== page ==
By Shezna Shums
Moves are underway to increase and enhance fisheries capabilities of inland fish as well as other aquaculture products.
National Aquaculture Development Authority of Sri Lanka (NAQDA), Director General P. Nimal Chandraratne explained that moves were underway to increase the production capabilities of the fisheries sector.
Currently the country produces 51,000 metric tonnes of inland fish and aquaculture products, however by 2013, NAQDA is looking at producing 90,000 metric tonnes of inland fish and aquaculture products, while it hopes to produce 130,000 metric tonnes of inland fish and aquaculture products by 2016.
Under NAQDA there are four major breeding centres located in Dambulla, Udawalawe, Inginiyagala and Polonnaruwa. The Polonnaruwa breeding centre had been under the private sector but has now been taken back and is to be rehabilitated in order to meet the increasing production of inland fish and aquaculture products.
The Polonnaruwa breeding centre is the oldest as it was established in 1991, but had to cut back production owing to cessation of funding.
However, under the Government’s plans to increase inland fishing capabilities, this fourth breeding centre will be rehabilitated to accelerate production. “We are looking at expanding the breeding and rearing capabilities in the existing stations as well,” said Chandraratne.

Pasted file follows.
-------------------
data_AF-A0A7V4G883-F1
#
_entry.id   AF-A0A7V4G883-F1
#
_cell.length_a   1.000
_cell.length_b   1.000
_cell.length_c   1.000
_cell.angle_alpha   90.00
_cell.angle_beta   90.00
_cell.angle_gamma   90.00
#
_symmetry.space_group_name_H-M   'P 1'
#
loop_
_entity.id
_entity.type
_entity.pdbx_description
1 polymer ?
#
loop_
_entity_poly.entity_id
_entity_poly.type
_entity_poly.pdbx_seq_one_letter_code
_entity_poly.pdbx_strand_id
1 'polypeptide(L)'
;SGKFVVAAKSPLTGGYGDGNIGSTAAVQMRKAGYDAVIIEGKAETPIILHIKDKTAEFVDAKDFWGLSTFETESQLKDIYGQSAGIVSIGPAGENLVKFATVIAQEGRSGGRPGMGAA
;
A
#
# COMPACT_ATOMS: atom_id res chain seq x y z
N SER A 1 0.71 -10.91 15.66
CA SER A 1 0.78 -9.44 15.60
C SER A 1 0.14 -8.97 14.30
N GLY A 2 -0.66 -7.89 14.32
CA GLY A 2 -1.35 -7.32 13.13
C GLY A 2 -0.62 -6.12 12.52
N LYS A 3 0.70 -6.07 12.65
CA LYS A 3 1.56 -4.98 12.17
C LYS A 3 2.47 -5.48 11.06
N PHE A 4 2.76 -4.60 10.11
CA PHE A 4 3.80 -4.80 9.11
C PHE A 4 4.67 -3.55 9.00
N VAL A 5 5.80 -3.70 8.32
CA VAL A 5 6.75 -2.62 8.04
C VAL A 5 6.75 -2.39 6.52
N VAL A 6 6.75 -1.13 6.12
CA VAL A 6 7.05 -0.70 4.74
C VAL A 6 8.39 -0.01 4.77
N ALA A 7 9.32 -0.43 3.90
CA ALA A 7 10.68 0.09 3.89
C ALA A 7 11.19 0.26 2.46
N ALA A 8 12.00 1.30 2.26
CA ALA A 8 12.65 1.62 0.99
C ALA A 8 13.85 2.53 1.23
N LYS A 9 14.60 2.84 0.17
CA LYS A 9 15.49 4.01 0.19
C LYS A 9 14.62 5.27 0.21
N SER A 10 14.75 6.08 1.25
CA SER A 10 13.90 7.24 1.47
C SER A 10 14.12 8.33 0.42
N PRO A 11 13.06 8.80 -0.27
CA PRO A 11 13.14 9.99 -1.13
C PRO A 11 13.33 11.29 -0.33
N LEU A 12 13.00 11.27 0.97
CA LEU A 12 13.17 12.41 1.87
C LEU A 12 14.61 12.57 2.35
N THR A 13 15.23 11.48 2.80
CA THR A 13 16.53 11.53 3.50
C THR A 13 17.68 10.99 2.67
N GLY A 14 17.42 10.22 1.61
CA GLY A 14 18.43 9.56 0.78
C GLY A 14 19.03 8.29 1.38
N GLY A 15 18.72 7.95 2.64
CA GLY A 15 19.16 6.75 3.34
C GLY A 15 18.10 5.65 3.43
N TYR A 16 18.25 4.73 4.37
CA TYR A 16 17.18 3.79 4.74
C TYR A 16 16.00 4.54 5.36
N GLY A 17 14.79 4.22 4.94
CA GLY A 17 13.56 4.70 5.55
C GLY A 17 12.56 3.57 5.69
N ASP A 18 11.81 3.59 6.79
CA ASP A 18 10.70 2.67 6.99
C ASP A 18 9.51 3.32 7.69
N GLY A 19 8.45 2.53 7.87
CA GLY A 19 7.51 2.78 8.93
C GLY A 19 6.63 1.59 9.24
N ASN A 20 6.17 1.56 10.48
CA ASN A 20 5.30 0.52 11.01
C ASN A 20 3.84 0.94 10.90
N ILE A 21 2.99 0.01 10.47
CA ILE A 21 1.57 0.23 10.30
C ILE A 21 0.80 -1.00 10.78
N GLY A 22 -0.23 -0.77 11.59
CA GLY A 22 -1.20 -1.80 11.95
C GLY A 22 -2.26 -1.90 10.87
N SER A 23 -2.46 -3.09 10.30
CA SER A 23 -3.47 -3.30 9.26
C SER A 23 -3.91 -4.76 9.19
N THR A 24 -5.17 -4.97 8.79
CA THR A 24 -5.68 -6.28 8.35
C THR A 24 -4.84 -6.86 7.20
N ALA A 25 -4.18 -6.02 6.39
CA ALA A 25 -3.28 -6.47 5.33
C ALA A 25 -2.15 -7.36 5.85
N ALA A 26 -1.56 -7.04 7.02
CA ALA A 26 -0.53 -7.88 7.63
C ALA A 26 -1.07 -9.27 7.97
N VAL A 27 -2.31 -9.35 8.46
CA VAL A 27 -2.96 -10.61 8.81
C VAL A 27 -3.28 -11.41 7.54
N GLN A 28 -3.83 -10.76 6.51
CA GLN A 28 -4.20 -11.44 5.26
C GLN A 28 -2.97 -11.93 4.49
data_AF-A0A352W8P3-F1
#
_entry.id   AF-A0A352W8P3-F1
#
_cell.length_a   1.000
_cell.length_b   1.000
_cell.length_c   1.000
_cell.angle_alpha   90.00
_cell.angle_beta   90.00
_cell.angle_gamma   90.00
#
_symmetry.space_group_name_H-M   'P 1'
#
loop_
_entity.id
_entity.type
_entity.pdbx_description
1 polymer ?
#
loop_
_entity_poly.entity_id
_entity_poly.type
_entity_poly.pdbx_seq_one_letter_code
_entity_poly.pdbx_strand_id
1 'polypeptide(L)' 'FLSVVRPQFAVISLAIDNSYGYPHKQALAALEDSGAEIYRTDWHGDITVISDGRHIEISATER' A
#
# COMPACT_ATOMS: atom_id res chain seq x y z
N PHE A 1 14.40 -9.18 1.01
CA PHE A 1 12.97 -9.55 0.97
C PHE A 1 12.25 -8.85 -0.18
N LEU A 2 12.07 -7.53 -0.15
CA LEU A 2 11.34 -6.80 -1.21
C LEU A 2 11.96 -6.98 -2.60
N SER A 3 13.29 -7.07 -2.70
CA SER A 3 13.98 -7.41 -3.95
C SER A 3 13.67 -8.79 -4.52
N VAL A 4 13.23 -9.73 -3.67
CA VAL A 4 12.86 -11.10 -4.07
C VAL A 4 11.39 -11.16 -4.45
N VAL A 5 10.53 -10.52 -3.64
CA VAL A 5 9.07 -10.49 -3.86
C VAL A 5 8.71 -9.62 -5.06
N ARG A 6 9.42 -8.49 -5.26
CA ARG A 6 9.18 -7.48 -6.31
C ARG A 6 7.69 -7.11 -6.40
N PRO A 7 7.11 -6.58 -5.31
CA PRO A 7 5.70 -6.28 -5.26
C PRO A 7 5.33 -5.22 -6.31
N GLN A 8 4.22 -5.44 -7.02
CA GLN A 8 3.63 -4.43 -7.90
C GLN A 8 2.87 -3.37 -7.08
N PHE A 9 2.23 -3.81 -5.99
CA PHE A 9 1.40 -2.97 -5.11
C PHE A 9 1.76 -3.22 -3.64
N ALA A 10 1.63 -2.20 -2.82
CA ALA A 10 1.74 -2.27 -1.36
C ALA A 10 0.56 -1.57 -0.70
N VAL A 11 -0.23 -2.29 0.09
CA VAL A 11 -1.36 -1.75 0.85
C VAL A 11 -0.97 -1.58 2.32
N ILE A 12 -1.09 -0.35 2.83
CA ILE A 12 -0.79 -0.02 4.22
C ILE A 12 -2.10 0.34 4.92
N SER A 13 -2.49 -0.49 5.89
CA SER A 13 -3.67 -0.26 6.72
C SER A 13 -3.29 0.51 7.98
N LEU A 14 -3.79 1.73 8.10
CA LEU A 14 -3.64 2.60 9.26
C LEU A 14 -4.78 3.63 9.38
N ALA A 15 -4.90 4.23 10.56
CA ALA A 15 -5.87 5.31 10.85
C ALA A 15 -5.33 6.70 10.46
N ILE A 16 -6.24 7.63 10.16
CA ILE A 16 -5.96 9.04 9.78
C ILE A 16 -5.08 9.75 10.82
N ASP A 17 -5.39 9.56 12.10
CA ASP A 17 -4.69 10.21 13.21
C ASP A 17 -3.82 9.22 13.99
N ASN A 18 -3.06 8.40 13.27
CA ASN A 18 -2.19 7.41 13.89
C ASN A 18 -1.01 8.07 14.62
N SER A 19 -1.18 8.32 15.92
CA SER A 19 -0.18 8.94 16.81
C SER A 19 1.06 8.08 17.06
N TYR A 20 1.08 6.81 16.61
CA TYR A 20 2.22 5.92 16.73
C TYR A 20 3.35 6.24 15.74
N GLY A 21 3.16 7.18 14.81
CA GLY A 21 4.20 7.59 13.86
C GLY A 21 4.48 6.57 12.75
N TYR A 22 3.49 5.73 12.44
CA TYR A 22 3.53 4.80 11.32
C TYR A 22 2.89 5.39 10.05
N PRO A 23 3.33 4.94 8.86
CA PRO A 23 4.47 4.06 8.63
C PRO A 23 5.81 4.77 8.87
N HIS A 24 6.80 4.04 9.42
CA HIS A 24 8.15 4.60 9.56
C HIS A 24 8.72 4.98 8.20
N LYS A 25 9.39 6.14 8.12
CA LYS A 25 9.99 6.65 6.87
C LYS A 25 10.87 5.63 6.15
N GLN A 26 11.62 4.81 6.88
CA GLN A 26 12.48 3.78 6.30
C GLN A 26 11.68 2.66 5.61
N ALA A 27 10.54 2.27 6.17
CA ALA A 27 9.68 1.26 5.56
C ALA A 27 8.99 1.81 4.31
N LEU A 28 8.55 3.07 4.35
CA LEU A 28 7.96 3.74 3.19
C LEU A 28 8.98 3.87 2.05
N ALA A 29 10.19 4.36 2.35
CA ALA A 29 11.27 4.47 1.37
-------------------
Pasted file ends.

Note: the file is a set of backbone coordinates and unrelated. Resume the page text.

In order for NAQDA to be able to increase fish capacity, it has to increase and expand its breeding and rearing of fish fingerlings and fish larvae, which will also see an upgrade of fish rearing capabilities.
NAQDA, in a move to increase production, also obtains the help from community-based seed producing centres as well as mini nurseries.
“There are about 25 mini nurseries and another 10 mini nurseries will be opened in the north of the country,” explained Chandraratne.
“Near the Iranamadu Tank, a separate aquaculture development centre will be established to assist in increasing the number of fish fingerlings,” he added.
According to the Ministry of Fisheries and Aquatic Resources Development, moves are underway to increase the number of inland reservoirs for fish breeding.
Another area that is being looked into for improvement is the shrimp farming sector. In the north western part of the country 4,500 hectares of lands are available for shrimp farming, however only 1,700 hectares are being utilised for this purpose.
NAQDA has also established a crop calendar and identified 36 sub zones and provided certain times of the year for shrimp cultivation to be carried out to gain the full potential with the minimum damage. “We are looking at enhancing shrimp farming in Batticaloa and pilot projects have started as well,” said Chandraratne.
Chandratane noted that there were other potential areas within the fisheries sector that Sri Lanka was looking at starting and enhancing, such as the rearing and production of sea bass, sea cucumber and garupa fish, which are in demand worldwide.